Will John Roberts Constrain Trump?

Few questions may shape the president’s remaining tenure more than how often the chief justice steps in to limit executive powers.

Brendan Smialowski / AP

The final weeks of November may be remembered as the moment when Donald Trump crushed the last vestiges of resistance to him in the Republican Party. The sole remaining question is whether that conquest extends to the Republican-appointed justices on the Supreme Court—especially the chief justice, John Roberts.

A stark confluence of events these past few weeks, from the House of Representatives to the Pentagon, has underscored how thoroughly Trump has broken almost all meaningful opposition within the GOP ranks. “There never was that much resistance, but I do think there has been some final capitulation of some of the semi-holdouts, or at least the ones who were keeping their distance,” says the longtime conservative strategist Bill Kristol, a leader of the Never Trump movement. “No one would have predicted the Republican Party would have been in this position” when Trump was initially elected.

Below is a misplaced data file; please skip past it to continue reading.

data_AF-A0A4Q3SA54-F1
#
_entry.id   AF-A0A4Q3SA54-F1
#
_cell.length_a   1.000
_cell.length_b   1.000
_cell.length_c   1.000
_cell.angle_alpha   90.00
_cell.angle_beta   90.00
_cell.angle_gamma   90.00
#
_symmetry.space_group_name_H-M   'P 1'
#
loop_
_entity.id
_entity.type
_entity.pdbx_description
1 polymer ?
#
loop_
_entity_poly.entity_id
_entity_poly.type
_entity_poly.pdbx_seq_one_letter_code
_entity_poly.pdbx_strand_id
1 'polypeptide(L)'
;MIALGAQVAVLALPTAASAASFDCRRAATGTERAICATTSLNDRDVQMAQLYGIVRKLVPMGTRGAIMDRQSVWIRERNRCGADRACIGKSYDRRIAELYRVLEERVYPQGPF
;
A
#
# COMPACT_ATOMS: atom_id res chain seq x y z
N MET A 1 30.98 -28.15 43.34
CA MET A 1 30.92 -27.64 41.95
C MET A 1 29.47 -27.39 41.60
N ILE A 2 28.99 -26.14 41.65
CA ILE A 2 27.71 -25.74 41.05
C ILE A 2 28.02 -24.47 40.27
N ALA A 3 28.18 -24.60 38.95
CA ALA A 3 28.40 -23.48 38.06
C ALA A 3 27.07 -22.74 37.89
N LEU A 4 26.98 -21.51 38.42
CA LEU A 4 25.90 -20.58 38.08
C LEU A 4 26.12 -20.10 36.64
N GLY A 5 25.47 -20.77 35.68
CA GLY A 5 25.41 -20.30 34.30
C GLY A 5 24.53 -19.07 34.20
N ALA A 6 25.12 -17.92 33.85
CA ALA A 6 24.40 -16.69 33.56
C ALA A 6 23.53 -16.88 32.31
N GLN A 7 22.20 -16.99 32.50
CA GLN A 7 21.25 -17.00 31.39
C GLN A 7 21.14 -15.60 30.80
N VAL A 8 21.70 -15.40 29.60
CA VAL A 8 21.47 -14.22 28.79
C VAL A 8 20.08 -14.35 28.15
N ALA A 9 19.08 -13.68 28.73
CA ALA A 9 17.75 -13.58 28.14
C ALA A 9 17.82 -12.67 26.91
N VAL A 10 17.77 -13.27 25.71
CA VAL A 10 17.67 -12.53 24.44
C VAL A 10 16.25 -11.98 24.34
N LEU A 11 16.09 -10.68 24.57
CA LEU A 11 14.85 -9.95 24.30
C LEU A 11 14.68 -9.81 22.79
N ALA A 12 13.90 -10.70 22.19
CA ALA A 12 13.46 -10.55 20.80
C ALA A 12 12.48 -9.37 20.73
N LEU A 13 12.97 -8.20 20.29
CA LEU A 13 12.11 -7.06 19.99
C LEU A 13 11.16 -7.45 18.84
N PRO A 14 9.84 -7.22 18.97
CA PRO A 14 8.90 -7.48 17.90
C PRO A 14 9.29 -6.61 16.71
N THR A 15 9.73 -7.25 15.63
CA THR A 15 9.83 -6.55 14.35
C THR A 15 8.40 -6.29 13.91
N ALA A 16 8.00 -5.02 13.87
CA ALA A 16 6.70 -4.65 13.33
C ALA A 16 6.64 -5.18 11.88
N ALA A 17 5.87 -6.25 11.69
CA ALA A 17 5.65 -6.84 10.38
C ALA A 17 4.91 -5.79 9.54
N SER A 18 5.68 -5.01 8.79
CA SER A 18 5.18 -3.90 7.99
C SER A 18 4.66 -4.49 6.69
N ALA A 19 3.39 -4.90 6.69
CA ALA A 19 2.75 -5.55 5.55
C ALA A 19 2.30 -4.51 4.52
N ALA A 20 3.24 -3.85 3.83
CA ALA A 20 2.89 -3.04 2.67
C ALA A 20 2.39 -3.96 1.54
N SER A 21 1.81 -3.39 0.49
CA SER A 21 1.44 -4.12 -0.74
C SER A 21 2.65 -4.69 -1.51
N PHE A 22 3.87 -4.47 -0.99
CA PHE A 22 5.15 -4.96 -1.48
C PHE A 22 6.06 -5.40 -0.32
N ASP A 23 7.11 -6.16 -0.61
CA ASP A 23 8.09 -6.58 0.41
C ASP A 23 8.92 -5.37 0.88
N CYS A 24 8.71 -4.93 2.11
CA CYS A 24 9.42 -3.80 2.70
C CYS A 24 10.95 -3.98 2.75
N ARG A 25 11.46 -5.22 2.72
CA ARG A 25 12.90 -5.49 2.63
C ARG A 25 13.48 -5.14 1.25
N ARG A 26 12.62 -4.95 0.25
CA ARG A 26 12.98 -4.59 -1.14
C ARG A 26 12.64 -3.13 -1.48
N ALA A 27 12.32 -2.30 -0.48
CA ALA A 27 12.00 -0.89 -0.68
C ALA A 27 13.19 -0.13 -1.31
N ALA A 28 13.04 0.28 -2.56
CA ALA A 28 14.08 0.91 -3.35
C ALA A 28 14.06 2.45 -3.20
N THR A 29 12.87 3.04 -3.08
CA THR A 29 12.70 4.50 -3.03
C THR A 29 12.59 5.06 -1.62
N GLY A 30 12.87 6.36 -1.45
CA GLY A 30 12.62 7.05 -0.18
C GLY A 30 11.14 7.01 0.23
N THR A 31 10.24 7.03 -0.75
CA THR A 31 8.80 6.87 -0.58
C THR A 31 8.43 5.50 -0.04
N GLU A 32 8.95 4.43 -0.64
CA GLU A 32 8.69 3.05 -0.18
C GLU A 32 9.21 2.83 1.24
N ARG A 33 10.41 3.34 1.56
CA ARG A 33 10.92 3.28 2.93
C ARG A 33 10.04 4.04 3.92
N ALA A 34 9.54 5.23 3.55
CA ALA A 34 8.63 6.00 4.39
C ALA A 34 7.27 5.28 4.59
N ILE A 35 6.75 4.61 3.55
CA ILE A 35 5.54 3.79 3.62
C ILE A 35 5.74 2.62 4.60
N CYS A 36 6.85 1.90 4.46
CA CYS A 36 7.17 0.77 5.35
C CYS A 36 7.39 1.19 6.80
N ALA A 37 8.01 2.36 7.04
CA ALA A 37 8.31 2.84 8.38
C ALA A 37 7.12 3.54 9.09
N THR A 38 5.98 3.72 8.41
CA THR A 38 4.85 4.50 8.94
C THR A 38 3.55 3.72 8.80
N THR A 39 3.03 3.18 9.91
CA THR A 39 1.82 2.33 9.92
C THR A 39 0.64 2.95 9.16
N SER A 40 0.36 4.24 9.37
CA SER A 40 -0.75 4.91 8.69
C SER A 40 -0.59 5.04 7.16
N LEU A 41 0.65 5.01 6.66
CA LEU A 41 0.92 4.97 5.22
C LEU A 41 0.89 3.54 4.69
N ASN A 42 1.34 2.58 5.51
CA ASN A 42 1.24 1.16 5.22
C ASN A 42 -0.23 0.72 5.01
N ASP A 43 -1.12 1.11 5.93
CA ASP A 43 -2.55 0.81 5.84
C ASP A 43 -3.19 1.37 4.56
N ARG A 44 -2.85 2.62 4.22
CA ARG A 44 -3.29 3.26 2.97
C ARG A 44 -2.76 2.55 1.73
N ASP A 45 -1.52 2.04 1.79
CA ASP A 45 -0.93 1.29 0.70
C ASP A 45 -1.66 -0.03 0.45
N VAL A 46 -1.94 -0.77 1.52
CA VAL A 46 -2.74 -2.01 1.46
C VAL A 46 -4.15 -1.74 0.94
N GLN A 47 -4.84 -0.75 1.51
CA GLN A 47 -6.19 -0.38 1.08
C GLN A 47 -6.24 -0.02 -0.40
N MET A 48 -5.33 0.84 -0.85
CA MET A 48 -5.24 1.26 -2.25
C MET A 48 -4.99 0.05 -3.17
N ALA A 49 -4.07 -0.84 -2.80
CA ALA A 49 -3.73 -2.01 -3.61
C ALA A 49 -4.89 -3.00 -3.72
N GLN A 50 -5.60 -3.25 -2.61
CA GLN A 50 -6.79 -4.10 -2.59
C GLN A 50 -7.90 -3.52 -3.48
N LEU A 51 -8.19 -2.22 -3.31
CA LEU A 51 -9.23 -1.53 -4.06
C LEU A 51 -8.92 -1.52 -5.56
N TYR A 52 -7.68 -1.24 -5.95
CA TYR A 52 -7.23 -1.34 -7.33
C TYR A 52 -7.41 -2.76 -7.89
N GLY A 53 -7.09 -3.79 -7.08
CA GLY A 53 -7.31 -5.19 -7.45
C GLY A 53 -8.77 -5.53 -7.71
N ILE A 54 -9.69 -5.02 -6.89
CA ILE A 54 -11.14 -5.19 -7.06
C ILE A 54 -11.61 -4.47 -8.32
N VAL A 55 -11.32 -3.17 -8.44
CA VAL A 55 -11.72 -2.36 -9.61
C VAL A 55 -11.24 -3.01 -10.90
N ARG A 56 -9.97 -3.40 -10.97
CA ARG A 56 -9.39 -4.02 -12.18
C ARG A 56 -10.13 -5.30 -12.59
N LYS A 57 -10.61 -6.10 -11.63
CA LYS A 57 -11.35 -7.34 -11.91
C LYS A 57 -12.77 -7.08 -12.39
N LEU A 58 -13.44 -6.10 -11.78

The practical impact of this deference is to loosen constraints on Trump as he implements his virtually unlimited view of unilateral presidential power. One lesson of the Trump presidency is that one party alone, even if it controls a chamber of Congress, does not have enough leverage to stymie such a vision. Though the Democratic majority in the House eliminates Trump’s capacity to advance legislative goals, the past year has demonstrated that without support from the Republican Senate, the chamber has very limited ability to overturn Trump’s unilateral actions. Even the impact of a potential House vote to impeach would be blunted if few or no Republicans vote for it, and if GOP senators oppose removing Trump with comparable uniformity.

Such an outcome might actually embolden Trump to push further against the boundaries of law and convention, especially if he’s reelected in 2020. If Republicans will not vote to sanction him for his coercion of Ukraine—which has been painstakingly detailed in public testimony—many observers believe that he would justifiably question whether there is anything he could do that they would rebel against.

“If he gets reelected, all bets are off,” Kristol says. “Everything he’s done is legitimized. Pardoning war criminals, flouting congressional oversight—why would he just not assume he can get away with all of that, especially if Republicans continue to hold the Senate, which they would if he won. The second term is all this on steroids, and I think it’s a genuine crisis at that point.”